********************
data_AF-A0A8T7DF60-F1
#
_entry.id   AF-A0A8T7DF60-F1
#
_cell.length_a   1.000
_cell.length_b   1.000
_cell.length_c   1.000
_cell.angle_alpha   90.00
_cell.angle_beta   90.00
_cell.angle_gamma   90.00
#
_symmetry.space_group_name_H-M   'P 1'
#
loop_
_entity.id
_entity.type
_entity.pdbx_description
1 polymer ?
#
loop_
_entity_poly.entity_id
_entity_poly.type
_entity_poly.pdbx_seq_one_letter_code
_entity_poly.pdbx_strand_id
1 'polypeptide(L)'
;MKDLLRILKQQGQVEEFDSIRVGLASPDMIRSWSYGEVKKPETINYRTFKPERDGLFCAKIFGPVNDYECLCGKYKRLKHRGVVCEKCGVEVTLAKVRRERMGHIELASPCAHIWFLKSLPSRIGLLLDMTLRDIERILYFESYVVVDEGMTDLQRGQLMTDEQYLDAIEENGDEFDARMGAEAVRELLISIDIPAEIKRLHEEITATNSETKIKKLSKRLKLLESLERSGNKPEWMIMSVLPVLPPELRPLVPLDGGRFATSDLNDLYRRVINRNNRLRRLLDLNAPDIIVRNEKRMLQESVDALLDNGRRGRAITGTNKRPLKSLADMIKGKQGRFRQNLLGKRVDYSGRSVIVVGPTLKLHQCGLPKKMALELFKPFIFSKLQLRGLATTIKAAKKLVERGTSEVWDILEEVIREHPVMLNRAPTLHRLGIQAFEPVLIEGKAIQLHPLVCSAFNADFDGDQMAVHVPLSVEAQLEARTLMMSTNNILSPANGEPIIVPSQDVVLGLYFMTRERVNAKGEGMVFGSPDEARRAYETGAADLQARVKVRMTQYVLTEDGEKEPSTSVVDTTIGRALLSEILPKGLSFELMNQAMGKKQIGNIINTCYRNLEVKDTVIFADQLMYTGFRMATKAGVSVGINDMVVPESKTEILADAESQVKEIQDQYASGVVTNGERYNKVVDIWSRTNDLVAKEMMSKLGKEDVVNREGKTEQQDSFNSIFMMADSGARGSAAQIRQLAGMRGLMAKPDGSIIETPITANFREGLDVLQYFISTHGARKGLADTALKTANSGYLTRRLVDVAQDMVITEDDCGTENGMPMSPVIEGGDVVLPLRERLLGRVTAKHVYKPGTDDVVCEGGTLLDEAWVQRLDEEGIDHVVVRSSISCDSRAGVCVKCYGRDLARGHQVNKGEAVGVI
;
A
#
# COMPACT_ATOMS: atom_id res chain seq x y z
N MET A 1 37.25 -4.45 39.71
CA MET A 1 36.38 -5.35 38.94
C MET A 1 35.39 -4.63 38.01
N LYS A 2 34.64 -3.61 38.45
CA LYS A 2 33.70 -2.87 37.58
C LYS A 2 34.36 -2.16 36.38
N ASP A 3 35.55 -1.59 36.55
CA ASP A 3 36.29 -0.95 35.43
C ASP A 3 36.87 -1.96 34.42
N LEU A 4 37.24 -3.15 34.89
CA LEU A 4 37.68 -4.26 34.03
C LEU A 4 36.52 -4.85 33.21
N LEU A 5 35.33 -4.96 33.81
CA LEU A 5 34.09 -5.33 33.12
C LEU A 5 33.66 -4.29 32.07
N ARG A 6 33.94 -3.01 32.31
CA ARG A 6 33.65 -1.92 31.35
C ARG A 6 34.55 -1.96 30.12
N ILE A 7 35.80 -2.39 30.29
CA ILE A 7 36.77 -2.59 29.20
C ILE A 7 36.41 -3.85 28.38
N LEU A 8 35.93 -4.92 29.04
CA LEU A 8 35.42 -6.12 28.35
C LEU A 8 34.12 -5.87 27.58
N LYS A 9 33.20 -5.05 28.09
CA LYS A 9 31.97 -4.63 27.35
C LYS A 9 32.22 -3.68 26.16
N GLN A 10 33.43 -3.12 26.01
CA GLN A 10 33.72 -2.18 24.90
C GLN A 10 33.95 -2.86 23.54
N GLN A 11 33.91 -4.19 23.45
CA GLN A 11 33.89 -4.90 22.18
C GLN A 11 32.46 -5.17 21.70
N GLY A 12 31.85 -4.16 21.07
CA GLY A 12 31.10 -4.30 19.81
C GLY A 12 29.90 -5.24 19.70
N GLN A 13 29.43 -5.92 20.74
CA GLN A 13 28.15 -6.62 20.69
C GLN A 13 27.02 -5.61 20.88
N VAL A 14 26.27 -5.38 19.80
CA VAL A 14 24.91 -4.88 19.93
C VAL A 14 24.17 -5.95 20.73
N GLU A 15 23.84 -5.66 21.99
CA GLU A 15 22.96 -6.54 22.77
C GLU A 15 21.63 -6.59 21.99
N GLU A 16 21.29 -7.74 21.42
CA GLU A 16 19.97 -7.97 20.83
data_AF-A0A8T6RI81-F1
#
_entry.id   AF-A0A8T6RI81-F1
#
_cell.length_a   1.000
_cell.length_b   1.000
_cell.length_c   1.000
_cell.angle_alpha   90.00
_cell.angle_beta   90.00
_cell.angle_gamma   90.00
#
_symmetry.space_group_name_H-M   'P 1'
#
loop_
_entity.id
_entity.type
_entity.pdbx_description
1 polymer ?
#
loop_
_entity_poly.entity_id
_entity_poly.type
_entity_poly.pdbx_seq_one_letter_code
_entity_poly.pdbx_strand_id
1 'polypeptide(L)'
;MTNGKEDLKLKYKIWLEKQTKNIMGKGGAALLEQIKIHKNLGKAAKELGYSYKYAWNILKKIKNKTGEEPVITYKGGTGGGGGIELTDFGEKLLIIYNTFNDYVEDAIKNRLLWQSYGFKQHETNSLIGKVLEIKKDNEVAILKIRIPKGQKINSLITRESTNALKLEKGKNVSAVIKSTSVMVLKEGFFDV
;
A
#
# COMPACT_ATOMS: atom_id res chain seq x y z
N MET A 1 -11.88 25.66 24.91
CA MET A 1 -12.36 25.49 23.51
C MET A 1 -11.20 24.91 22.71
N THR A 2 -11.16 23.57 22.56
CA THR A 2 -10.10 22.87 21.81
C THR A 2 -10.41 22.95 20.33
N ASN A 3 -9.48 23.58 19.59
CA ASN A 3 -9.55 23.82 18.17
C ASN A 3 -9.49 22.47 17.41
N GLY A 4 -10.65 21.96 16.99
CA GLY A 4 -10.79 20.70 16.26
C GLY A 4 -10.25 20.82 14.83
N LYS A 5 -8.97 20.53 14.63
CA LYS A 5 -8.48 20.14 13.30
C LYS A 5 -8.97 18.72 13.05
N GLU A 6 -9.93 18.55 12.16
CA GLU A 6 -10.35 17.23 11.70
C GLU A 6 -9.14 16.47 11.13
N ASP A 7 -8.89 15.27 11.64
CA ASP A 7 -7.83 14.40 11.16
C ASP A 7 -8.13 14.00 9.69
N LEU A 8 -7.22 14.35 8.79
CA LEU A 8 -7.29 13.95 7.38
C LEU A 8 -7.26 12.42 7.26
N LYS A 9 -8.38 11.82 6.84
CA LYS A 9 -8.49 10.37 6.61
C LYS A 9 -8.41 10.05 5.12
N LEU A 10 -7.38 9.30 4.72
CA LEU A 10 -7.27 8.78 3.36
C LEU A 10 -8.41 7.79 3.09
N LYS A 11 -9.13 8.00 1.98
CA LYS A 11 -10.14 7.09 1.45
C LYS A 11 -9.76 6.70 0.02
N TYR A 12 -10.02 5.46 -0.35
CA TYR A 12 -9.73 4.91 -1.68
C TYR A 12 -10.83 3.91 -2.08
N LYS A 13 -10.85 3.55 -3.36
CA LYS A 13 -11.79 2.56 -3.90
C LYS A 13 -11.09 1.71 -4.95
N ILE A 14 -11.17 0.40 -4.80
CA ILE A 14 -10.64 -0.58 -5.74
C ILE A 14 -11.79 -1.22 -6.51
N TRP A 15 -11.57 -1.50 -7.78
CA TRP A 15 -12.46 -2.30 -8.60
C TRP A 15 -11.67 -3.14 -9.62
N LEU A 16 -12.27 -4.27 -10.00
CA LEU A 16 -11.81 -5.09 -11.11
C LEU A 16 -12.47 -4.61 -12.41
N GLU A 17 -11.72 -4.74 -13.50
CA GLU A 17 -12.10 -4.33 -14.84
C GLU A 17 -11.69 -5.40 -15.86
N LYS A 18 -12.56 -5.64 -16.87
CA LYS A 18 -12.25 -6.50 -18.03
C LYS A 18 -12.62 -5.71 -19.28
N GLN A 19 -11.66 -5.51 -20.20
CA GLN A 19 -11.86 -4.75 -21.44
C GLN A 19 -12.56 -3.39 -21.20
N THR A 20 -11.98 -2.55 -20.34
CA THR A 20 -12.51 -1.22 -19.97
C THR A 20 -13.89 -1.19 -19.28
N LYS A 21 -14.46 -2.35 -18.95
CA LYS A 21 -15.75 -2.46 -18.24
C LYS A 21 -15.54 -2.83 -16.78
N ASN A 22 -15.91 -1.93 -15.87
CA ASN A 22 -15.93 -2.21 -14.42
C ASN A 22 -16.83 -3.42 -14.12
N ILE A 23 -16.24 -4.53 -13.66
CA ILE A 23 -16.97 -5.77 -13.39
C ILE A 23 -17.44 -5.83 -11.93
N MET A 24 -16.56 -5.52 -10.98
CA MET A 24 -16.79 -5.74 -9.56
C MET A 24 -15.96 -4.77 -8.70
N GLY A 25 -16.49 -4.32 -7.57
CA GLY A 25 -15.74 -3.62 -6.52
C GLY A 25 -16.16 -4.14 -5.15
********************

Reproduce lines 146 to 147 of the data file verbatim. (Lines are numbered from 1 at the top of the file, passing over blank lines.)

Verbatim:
C LYS A 13 -11.09 1.71 -4.95
N ILE A 14 -11.17 0.40 -4.80